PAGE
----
After being subjected to a vast array of tier-one data in the run-up to the Easter break, the economic calendar is looking a little more sedate this week. However, the forward-looking flash PMIs for major economies will give a key insight into economic growth trends moving into the second quarter of the year. There is also more inflation data for major economies to look out for.
- North America – US housing data, Canadian CPI and US Flash PMIs
- Europe & Asia – PBoC interest rates, inflation for New Zealand, Japan and the Eurozone, flash PMIs for Japan, Australia, the Eurozone and the UK.
North American data:
Inflation is a growing problem for the Bank of Canada (although it is not alone). The recent monetary policy update included a “substantial upward revision” to the central bank’s outlook for inflation, with Canadian CPI expected to average 6% in H1 2022. Inflation is expected to continue to rise in March to 5.9% (from 5.7%) and given the tendency for inflation to outstrip expectations around the world, there is an upside risk to this.
Flash PMIs are a key forward-looking indicator for the activity of an economy. With rising inflation and fears over the Ukraine war hitting consumer sentiment, the PMIs are expected to show decelerating expansion in Q2. This is expected to be reflected in the US flash Composite PMI which is expected to drop to 57.0 in April. This suggests that there is still a decent read of how GDP is looking into Q2, even if it may be slightly lower than the current consensus estimate of around 1.8% annualised for Q1.
- Housing data is unlikely to move the needle on the USD too much, but the flash PMI is always watched. Any downside surprise would be risk negative and could weigh on USD (at least initially before a likely haven flows kicks in).
- CAD to be supported if inflation is higher than expected.
Europe & Asia:
- People’s Bank of China interest rates (Wednesday 20th April, 0215BST) No change is expected to the 1 year Loan Prime Rate of 3.7%
- Eurozone Industrial Production (Wednesday 20th April, 1000BST) Production is expected to increase by +0.8% MoM in February (after zero growth in January, which would improve YoY growth back into positive at +0.8% (from -1.3% )
- New Zealand CPI (Wednesday 20th April, 2345BST) Q1 inflation is expected to jump to 2.0% (from 1.4% in Q4 2021), meaning the YoY inflation increases to 7.1% (from 5.9%).
- Eurozone inflation - final (Thursday 21st April, 1000BST) Final inflation is expected to be unrevised from the March flash reading, at 7.5% for the headline CPI and 3.0% for core inflation.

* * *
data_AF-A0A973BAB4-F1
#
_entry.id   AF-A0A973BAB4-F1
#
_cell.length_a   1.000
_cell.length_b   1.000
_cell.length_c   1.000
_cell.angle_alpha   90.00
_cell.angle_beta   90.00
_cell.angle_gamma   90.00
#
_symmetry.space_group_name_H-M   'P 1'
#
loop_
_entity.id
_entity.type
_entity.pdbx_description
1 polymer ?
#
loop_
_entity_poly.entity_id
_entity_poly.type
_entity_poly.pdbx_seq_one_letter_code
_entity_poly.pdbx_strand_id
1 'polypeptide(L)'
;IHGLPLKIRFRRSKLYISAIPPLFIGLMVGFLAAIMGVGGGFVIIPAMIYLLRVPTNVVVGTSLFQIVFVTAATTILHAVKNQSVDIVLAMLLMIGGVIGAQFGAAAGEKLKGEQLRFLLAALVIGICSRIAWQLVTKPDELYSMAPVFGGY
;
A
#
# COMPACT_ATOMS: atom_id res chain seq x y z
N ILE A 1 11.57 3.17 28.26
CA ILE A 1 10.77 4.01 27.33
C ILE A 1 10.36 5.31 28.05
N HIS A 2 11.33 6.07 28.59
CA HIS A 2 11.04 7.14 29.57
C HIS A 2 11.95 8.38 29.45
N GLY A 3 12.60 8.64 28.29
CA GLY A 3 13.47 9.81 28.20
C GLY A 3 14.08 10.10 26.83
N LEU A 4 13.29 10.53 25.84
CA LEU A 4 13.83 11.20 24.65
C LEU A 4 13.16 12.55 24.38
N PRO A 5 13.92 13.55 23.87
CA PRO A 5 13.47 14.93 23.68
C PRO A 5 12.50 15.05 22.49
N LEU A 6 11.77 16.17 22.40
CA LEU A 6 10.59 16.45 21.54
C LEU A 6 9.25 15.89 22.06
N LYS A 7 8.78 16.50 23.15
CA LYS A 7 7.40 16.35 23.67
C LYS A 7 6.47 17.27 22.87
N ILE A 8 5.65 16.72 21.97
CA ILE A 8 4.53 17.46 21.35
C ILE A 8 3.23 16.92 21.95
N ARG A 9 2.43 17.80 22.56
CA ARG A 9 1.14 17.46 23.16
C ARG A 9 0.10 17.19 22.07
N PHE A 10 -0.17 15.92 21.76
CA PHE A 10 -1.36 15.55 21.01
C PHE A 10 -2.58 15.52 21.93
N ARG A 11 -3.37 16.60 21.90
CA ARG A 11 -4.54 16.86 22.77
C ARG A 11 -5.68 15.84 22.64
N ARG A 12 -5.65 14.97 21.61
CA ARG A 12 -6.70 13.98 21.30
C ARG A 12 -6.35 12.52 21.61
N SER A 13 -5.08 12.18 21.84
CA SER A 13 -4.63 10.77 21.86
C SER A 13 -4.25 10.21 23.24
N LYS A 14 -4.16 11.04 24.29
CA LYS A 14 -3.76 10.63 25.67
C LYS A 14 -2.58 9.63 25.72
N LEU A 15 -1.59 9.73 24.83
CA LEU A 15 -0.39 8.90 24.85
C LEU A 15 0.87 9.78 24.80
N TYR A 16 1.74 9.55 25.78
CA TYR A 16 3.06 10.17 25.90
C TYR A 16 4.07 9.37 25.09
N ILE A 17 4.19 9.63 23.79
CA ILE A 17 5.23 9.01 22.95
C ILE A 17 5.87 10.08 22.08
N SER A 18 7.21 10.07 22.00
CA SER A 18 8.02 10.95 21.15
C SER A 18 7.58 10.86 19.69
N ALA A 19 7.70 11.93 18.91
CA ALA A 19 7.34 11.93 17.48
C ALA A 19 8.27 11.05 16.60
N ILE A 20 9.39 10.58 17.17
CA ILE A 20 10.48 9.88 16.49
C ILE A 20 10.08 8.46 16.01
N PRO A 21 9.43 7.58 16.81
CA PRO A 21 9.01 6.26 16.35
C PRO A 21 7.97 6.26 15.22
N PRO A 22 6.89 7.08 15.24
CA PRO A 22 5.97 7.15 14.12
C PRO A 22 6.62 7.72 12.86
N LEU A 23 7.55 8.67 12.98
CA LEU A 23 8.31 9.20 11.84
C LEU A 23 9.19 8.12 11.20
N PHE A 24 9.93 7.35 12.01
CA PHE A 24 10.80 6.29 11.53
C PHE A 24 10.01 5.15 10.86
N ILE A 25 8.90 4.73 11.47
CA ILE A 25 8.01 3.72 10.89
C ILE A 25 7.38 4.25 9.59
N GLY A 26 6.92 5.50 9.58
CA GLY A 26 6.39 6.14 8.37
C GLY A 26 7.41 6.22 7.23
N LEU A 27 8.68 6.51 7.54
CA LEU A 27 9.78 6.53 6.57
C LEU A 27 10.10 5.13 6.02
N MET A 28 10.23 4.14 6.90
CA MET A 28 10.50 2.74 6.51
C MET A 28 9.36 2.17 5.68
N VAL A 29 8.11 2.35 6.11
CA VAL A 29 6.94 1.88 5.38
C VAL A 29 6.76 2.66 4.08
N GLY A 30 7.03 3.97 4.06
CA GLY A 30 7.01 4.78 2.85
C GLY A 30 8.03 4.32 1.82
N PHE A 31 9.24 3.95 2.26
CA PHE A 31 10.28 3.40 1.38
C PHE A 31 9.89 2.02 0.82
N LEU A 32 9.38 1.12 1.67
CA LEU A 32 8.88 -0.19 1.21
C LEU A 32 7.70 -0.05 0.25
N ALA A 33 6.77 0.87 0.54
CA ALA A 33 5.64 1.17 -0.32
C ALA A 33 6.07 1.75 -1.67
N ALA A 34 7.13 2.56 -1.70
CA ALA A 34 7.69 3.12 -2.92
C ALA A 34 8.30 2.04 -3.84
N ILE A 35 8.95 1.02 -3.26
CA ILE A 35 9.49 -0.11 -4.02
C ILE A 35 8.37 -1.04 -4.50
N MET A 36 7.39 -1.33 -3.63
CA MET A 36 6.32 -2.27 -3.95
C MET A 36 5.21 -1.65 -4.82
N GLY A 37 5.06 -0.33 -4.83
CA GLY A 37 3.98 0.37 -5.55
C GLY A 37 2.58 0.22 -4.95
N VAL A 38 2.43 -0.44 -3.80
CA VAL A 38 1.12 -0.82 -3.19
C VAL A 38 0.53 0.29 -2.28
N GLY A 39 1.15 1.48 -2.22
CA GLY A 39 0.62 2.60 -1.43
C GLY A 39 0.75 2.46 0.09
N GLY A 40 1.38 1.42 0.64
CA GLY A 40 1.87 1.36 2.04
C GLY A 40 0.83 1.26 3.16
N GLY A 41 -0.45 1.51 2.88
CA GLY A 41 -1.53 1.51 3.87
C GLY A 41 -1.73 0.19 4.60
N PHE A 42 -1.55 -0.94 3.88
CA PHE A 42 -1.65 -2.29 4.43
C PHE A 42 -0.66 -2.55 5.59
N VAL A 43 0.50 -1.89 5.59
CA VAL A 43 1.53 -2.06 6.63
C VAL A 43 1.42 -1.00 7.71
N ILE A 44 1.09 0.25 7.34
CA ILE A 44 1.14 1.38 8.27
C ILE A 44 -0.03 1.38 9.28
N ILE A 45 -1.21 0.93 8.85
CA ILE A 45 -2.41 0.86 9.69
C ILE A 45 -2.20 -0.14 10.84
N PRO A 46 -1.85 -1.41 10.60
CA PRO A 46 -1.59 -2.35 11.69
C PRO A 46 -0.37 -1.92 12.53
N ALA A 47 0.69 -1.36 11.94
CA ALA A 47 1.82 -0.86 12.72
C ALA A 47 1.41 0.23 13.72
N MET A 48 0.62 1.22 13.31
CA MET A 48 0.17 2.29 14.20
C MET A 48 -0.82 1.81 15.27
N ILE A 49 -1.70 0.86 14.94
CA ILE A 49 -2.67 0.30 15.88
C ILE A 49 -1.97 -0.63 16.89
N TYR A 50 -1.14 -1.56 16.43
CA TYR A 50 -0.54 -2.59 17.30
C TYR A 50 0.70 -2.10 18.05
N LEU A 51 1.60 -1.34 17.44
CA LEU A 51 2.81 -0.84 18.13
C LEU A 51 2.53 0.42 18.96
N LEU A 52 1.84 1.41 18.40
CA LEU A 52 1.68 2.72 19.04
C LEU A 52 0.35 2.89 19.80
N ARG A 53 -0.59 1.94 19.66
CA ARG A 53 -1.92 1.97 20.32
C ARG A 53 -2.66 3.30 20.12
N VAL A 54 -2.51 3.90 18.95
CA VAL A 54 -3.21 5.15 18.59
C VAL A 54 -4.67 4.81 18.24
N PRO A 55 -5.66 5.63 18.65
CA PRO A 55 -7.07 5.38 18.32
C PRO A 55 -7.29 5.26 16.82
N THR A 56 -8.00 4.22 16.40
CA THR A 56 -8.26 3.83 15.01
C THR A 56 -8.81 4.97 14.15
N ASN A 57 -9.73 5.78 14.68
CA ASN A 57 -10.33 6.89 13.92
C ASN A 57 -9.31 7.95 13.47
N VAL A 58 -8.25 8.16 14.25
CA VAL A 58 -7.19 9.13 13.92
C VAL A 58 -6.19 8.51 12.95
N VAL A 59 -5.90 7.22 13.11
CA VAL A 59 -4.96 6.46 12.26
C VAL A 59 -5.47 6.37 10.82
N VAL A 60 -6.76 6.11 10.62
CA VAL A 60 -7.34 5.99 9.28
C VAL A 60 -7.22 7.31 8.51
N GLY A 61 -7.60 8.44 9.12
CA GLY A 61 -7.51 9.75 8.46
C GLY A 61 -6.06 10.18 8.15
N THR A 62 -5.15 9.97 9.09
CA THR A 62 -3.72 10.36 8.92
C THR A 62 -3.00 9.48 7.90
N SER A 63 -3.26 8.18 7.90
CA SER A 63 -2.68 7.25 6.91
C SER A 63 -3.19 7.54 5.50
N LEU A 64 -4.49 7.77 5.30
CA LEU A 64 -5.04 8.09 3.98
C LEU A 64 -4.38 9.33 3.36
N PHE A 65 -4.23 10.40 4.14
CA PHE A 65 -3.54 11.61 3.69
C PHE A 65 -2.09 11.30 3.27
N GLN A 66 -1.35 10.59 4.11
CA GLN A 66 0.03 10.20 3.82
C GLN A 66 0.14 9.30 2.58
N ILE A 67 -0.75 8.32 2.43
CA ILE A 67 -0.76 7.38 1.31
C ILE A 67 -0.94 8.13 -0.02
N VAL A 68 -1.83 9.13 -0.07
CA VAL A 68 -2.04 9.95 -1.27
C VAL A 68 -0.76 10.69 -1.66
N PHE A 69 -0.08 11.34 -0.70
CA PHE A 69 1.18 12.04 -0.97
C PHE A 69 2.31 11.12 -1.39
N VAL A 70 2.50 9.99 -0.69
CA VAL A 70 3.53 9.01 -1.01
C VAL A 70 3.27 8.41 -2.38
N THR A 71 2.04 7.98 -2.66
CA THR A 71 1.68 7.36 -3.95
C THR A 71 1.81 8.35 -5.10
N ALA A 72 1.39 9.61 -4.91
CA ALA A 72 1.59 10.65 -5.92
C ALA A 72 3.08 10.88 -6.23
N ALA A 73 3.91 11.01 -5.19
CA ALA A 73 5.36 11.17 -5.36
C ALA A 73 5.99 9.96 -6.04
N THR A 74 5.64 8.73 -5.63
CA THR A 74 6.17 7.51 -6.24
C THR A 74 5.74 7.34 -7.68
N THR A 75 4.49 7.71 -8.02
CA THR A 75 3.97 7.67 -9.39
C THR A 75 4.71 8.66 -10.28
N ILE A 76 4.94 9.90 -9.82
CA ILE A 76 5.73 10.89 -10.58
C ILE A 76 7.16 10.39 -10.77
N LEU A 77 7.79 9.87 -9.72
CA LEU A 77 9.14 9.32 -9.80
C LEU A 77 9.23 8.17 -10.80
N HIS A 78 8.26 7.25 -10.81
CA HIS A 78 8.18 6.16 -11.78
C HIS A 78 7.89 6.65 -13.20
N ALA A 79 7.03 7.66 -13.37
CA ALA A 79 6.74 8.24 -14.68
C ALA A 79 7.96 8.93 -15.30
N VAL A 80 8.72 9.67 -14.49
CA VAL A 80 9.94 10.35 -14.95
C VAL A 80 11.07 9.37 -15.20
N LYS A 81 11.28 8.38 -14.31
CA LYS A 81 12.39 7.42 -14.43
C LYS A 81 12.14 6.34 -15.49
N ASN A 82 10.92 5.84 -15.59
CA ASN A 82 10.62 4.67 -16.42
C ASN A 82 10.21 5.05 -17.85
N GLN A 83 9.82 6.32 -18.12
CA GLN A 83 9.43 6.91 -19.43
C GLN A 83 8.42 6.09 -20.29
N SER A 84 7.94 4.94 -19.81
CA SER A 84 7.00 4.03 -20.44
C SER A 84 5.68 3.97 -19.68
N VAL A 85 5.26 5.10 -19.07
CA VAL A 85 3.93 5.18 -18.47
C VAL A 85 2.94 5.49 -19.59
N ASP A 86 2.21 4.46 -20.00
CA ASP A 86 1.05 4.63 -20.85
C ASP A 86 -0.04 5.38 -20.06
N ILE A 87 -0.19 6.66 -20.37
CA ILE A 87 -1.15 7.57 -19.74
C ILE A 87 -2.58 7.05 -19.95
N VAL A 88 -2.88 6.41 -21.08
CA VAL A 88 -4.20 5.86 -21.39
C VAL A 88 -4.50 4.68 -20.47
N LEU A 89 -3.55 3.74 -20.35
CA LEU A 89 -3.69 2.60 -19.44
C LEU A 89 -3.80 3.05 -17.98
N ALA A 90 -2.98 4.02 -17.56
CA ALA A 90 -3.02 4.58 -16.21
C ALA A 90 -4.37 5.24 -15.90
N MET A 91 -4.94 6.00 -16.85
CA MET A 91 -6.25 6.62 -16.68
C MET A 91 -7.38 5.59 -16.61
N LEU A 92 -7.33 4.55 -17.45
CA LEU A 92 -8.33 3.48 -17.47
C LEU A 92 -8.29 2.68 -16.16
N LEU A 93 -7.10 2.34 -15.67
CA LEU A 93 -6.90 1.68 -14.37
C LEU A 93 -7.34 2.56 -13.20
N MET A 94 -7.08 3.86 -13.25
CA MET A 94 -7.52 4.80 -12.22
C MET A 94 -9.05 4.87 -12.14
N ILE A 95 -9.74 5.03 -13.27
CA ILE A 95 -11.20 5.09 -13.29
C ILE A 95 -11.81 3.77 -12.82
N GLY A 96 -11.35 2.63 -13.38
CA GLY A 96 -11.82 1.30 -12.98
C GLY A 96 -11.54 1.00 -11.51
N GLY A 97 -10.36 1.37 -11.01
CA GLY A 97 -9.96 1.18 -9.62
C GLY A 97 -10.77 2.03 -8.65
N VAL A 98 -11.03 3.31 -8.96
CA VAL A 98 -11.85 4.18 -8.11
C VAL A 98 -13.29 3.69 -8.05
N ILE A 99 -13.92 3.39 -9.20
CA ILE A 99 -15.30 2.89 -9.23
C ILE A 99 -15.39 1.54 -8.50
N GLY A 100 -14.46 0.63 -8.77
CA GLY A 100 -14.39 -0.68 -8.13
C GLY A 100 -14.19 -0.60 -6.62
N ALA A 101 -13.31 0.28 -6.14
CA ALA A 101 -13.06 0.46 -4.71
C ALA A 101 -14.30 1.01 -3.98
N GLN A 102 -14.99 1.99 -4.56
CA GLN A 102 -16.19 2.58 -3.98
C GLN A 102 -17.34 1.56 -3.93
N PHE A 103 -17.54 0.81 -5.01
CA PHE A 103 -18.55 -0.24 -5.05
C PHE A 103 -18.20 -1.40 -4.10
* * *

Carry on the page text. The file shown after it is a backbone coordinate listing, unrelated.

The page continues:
- Australian flash PMI (Friday 22nd April, 0000BST) Both Manufacturing and Services PMIs are expected to reduce slightly, to pull the Composite PMI for April down to 54.3 (from 55.1 in March)
- Japan CPI (Friday 22nd April, 0030BST) Core inflation is expected to increase to +0.8% in March (up from +0.6% in March)
- Japan flash PMIs (Friday 22nd April, 0130BST) Analyst forecasts are looking for a slight deterioration in the Composite PMI to 48.6 in April (from 49.3)
- UK Retail Sales (Friday 22nd April, 0700BST) Core sales (ex-fuel) are expected to be +0.4% in March (-0.7% in February) but this would reduce the YoY sales to +1.6% (from +4.6% in February)
- Eurozone flash PMIs (Friday 22nd April, 0900BST) Analysts are looking for a slight deterioration in April in both Manufacturing (down to 56.2 from 56.5) and Services (down to 55.0 from 55.6). This would drag the Composite PMI down to 54.2 in April (from 54.9 in March)
- UK flash PMIs (Friday 22nd April, 0930BST) A slight deterioration is expected in April for both Manufacturing (down to 54.8 from 55.2) and Services (down to 62.1 from 62.6). The Composite PMI is expected to drop to 59.6 in April (from 60.9)
Inflation data for New Zealand, Japan and the Eurozone is also expected to confirm continued price rises and growing issues for central banks. Headline New Zealand inflation jumping to over 7% (from 5.9% three months ago) would further stoke talk of the “path of least regret” that the Reserve Bank of New Zealand spoke about last week. Any upside surprise would fuel talk of further aggressive rate hikes. Eurozone inflation is only a final reading to the jump already seen in the flash data a couple of weeks ago. Furthermore, the ECB confirmed its snail’s pace normalisation last week. It might be worth watching Japanese bond yields for the market reaction and subsequent impact on USD/JPY if Japan's core CPI inflation continues to rise.
The broad trend of the PMIs last month was that analysts were on the pessimistic side. The decline in the PMIs did not seem to be as much as had been anticipated. However, as inflation continues to bite and supply chain issues hamper production and new orders, there is a downside risk to flash PMIs again. The Eurozone Composite PMI looks particularly susceptible to this.
- EUR may need a substantial upward revision to inflation to drive a move higher, whilst there will still be downside risks to the PMIs which could weigh on the euro.
- NZD would be supported by an upside surprise in New Zealand inflation.
- Any negative surprises to UK retail sales or PMIs would drag GBP lower.
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